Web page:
Movie Review: In Tokyo’s underworld, you can’t kill the “Hydra” without taking off all its heads

When it’s done well, you realize why they call it “fight choreography.”

In the Japanese mystery-thriller “Hydra” (Sorry, Marvel fans.) the brawls mimic the rest of the movie. There’s no talking, rarely even grunts of exertion. Everything happens breathlessly fast, so much so that there’s a do-si-do dance to the life-or-death struggle.

Naohiro Kawamoto choreographed the fights in this minimalist, archetypal underworld collision of cops, mob assassins and vigilantes.

We hear the “whoosh WHOOSH” of arms and legs in fabric, heavy breaths and the muffled “thump” of blows landing. None of this exaggerated post-production “POW, BAM SNAP” stuff here. A knife or a screwdriver pierces flesh with a soft, metallic “shtuck shtuck.”

There’s not much else to focus on in this 77 minute movie, which opens with ten dialogue-free minutes of a cop being killed in a men’s room, the baseball-capped young killer (Satoshi Kibe) making his exit, the “cleaner” (Takashi Nishina) showing up with his aluminum suitcase to dismember the body, take it home, and further whack it to pieces to feed to his tank of carnivorous fish.

Have I sold you on this, yet?

The story takes its allegorical title from a tiny Tokyo pub, where young Rina (Miu) presides, flirtatious Kenta (Tasuku Nagase) is the waiter and stern, silent Takashi (Masanori Mimoto) smokes and broods and cooks back in the kitchen.

But he’s not just “mysterious,” not merely a “quiet old fart.” He remembers customers, sizes up what they need to eat right now (hangovers call for tandoori chicken), cooks and does everything else, it seems, by memory.

And if we know about Japanese cinema semiotics, we can tell he’s a badass just from that familiar unruly mop of hair. Anime to action films, always beware of the dude too busy get a cut or a comb. Takashi can handle himself.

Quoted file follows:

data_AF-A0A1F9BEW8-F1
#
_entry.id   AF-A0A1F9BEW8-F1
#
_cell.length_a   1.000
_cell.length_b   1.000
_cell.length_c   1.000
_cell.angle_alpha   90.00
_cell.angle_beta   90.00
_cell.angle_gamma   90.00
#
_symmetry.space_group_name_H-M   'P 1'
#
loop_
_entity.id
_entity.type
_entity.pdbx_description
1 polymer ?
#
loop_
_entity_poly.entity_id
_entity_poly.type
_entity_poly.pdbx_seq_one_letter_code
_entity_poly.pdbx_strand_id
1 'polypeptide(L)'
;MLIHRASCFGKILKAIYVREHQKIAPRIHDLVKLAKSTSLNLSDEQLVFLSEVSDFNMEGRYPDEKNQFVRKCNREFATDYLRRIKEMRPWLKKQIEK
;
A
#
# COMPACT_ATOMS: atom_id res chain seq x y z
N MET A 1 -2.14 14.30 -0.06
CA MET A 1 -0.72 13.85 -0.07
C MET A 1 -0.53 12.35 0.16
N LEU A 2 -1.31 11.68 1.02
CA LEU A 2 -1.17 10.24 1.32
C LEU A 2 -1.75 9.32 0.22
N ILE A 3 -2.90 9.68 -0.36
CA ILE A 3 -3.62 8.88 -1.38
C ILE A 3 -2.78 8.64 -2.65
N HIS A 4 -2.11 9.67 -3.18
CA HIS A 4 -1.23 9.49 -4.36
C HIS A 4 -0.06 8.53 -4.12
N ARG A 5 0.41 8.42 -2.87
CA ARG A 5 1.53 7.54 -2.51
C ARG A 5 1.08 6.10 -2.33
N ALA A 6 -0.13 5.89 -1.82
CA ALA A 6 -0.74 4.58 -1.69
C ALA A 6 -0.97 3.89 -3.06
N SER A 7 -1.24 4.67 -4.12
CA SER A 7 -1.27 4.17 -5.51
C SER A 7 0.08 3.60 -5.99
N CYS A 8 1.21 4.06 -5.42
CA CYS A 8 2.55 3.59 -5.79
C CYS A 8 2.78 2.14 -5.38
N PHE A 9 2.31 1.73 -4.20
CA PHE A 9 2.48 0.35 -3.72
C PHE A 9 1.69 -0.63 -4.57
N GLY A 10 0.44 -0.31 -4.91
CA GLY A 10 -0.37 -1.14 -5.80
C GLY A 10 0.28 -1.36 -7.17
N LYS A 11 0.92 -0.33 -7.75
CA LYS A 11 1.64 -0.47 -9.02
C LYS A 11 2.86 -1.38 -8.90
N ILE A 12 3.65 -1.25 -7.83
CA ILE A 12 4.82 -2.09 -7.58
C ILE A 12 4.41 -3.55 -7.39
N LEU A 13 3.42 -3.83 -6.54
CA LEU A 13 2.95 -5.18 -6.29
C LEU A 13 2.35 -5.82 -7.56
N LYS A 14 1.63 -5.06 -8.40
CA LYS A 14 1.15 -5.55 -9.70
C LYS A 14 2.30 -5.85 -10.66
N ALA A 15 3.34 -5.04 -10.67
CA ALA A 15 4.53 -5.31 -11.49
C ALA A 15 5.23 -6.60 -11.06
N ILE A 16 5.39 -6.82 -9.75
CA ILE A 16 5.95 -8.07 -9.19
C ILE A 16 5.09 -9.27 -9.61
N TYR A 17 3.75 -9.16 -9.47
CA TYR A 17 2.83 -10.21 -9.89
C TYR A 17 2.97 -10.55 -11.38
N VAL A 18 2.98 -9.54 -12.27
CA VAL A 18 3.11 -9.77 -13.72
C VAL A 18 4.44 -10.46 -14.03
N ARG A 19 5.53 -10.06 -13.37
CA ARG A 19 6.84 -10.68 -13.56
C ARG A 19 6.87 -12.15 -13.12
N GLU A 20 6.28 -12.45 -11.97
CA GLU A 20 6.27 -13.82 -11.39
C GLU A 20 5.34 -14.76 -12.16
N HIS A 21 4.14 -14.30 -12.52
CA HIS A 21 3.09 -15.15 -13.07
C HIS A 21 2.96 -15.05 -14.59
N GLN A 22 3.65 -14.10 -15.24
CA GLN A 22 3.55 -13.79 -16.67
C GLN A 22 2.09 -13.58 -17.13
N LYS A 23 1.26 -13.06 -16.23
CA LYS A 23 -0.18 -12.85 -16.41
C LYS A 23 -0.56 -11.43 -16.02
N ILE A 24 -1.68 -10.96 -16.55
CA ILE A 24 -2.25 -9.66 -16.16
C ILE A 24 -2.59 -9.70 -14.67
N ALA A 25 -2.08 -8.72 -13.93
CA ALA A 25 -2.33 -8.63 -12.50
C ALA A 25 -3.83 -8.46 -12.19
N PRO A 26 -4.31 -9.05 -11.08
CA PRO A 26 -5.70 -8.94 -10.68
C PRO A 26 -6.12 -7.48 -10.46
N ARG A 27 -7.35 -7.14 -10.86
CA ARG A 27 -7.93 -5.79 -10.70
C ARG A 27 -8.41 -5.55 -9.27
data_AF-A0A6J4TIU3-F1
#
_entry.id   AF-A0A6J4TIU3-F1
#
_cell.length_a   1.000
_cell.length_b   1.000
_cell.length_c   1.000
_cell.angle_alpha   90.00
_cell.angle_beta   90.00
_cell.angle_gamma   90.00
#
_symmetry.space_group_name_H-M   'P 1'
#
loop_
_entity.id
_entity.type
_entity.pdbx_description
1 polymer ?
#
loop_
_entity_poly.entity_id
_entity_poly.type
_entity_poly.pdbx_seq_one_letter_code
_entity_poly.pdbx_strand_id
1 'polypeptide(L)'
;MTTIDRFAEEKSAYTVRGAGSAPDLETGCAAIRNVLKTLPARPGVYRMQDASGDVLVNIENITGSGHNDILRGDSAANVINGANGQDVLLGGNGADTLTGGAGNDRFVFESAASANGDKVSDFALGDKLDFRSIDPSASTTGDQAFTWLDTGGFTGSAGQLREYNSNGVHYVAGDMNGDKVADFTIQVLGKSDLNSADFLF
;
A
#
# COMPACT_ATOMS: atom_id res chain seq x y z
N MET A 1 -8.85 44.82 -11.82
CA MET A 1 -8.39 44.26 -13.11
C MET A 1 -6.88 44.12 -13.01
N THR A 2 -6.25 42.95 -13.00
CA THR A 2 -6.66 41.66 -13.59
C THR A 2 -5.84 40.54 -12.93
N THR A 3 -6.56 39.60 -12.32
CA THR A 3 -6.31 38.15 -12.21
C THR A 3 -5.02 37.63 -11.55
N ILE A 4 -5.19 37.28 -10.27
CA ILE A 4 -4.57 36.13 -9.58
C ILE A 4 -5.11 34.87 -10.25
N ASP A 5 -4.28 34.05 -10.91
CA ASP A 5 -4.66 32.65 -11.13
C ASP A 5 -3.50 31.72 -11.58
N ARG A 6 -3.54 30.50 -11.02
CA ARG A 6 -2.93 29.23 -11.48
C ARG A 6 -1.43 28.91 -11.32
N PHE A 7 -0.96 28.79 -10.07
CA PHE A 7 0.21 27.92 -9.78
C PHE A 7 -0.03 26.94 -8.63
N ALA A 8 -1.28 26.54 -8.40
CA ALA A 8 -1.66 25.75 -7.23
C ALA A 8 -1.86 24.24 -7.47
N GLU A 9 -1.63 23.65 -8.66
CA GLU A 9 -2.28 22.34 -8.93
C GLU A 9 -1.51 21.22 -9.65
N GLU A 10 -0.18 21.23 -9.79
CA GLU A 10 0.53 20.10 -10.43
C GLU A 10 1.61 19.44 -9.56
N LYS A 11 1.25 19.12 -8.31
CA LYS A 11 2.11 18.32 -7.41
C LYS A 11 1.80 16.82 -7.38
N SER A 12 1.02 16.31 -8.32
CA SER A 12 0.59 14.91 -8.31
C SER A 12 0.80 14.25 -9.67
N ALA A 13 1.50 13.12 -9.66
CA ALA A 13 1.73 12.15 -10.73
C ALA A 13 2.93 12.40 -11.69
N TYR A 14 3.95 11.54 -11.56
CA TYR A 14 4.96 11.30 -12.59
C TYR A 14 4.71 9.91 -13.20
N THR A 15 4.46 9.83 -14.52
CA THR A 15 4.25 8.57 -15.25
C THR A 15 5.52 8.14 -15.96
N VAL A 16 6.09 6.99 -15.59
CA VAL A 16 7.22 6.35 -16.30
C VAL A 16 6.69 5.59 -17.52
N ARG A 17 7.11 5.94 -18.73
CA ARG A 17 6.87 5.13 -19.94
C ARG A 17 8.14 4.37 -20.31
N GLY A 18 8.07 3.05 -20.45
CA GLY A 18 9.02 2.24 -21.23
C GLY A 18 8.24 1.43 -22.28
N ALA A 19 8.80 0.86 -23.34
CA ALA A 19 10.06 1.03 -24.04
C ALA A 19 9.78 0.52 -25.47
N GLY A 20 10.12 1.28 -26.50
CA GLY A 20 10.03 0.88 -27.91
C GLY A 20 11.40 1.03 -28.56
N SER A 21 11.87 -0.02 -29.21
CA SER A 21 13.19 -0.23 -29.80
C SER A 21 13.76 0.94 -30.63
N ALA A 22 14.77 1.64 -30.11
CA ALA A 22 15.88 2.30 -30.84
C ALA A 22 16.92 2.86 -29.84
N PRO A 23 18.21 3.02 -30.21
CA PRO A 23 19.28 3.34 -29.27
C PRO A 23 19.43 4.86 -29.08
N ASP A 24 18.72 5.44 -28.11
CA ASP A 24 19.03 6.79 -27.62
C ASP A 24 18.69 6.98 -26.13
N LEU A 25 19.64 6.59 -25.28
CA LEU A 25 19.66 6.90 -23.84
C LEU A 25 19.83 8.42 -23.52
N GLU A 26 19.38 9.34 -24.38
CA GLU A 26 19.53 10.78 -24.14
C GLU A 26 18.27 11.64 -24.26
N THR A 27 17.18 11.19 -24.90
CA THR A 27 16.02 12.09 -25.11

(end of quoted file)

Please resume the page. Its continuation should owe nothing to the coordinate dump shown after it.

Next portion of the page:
Jiro Kaneko’s script sets up a laughably arch back story that ties Takashi to this job in this place, and an “organization” called “Tokyo Life Group Ltd” that does these “purges.” That’s what they call them.

“We kill people,” the leader (I didn’t catch his name, but I think that’s Tomorowo Taguchi‘s character) intones, in Japanese with English subtitles, to his former go-to-guy, Takashi. “But some people deserve to die.”

Tokyo Life Group has a real jones for corrupt, murderous, date-rapist cops. But the cops might fight back. And if they’re really worried, they’re inclined to hire assassins of their own.

Mimoto (“Alien vs. Ninja”) makes a fine “strong, silent and competent” type. His Takashi doesn’t wear his skills openly, so he’s always getting the drop on the bad guys who come after him or those close to him.

“Who the hell ARE you?” villains inevitably ask, those who have time to utter anything before it’s game on.

The story doesn’t carry “Hydra,” and the characters are so confined to “types” that they’re rarely more than that. But the fight sequences sell it, to those who are on the market for that sort of thing. This B-movie is “So You Think You Can Dance?” for martial arts brawlers, nothing more.

MPA Rating: unrated, violence, sometimes graphic

Cast: Masanori Mimoto, Miu, Takashi Nishiona, Takaya Aoyagi, Tasuko Nagase, Satoshe Kibe and Kazunori Yajima

Credits: Directed by Kensuke Sonomura, script by Jiro Kaneko. A Well Go USA release.

Running time: 1:17

About Roger Moore

Movie Critic, formerly with McClatchy-Tribune News Service, Orlando Sentinel, published in Spin Magazine, The World and now published here, Orlando Magazine, Autoweek Magazine
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